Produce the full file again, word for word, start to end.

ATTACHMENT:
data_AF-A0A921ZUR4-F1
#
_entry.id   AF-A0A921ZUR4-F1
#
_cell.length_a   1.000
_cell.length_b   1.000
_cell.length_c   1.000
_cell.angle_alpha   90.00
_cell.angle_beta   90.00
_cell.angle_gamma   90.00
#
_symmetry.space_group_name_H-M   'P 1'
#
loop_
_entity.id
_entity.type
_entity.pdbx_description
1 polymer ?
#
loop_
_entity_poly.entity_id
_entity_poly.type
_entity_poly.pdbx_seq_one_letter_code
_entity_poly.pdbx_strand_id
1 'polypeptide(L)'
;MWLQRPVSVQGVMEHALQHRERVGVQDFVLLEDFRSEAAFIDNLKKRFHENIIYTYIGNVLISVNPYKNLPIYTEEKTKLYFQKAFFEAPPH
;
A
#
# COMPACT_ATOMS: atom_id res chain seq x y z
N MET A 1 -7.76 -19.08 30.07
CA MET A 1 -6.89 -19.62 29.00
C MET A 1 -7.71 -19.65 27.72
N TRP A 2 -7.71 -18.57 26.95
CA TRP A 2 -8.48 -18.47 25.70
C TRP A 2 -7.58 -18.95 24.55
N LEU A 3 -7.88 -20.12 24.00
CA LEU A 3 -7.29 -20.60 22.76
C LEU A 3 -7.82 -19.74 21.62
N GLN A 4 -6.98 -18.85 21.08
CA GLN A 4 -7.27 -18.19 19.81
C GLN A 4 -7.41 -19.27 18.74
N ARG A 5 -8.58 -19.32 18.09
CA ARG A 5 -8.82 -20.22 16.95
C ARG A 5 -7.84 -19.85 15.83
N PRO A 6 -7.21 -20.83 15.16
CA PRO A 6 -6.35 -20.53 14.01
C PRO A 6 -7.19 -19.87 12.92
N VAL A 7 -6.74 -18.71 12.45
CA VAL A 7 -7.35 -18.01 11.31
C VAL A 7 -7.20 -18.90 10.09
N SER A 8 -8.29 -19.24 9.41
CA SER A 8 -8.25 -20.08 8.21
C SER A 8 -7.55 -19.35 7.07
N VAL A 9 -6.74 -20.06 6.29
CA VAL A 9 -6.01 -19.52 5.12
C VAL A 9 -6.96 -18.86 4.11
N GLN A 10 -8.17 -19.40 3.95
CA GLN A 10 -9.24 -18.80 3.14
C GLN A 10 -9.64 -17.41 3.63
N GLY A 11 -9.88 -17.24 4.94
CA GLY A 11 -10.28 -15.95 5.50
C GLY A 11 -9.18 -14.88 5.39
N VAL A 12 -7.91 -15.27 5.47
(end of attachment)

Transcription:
data_AF-A0A921ZUR4-F1
#
_entry.id   AF-A0A921ZUR4-F1
#
_cell.length_a   1.000
_cell.length_b   1.000
_cell.length_c   1.000
_cell.angle_alpha   90.00
_cell.angle_beta   90.00
_cell.angle_gamma   90.00
#
_symmetry.space_group_name_H-M   'P 1'
#
loop_
_entity.id
_entity.type
_entity.pdbx_description
1 polymer ?
#
loop_
_entity_poly.entity_id
_entity_poly.type
_entity_poly.pdbx_seq_one_letter_code
_entity_poly.pdbx_strand_id
1 'polypeptide(L)'
;MWLQRPVSVQGVMEHALQHRERVGVQDFVLLEDFRSEAAFIDNLKKRFHENIIYTYIGNVLISVNPYKNLPIYTEEKTKLYFQKAFFEAPPH
;
A
#
# COMPACT_ATOMS: atom_id res chain seq x y z
N MET A 1 -7.76 -19.08 30.07
CA MET A 1 -6.89 -19.62 29.00
C MET A 1 -7.71 -19.65 27.72
N TRP A 2 -7.71 -18.57 26.95
CA TRP A 2 -8.48 -18.47 25.70
C TRP A 2 -7.58 -18.95 24.55
N LEU A 3 -7.88 -20.12 24.00
CA LEU A 3 -7.29 -20.60 22.76
C LEU A 3 -7.82 -19.74 21.62
N GLN A 4 -6.98 -18.85 21.08
CA GLN A 4 -7.27 -18.19 19.81
C GLN A 4 -7.41 -19.27 18.74
N ARG A 5 -8.58 -19.32 18.09
CA ARG A 5 -8.82 -20.22 16.95
C ARG A 5 -7.84 -19.85 15.83
N PRO A 6 -7.21 -20.83 15.16
CA PRO A 6 -6.35 -20.53 14.01
C PRO A 6 -7.19 -19.87 12.92
N VAL A 7 -6.74 -18.71 12.45
CA VAL A 7 -7.35 -18.01 11.31
C VAL A 7 -7.20 -18.90 10.09
N SER A 8 -8.29 -19.24 9.41
CA SER A 8 -8.25 -20.08 8.21
C SER A 8 -7.55 -19.35 7.07
N VAL A 9 -6.74 -20.06 6.29
CA VAL A 9 -6.01 -19.52 5.12
C VAL A 9 -6.96 -18.86 4.11
N GLN A 10 -8.17 -19.40 3.95
CA GLN A 10 -9.24 -18.80 3.14
C GLN A 10 -9.64 -17.41 3.63
N GLY A 11 -9.88 -17.24 4.94
CA GLY A 11 -10.28 -15.95 5.50
C GLY A 11 -9.18 -14.88 5.39
N VAL A 12 -7.91 -15.27 5.47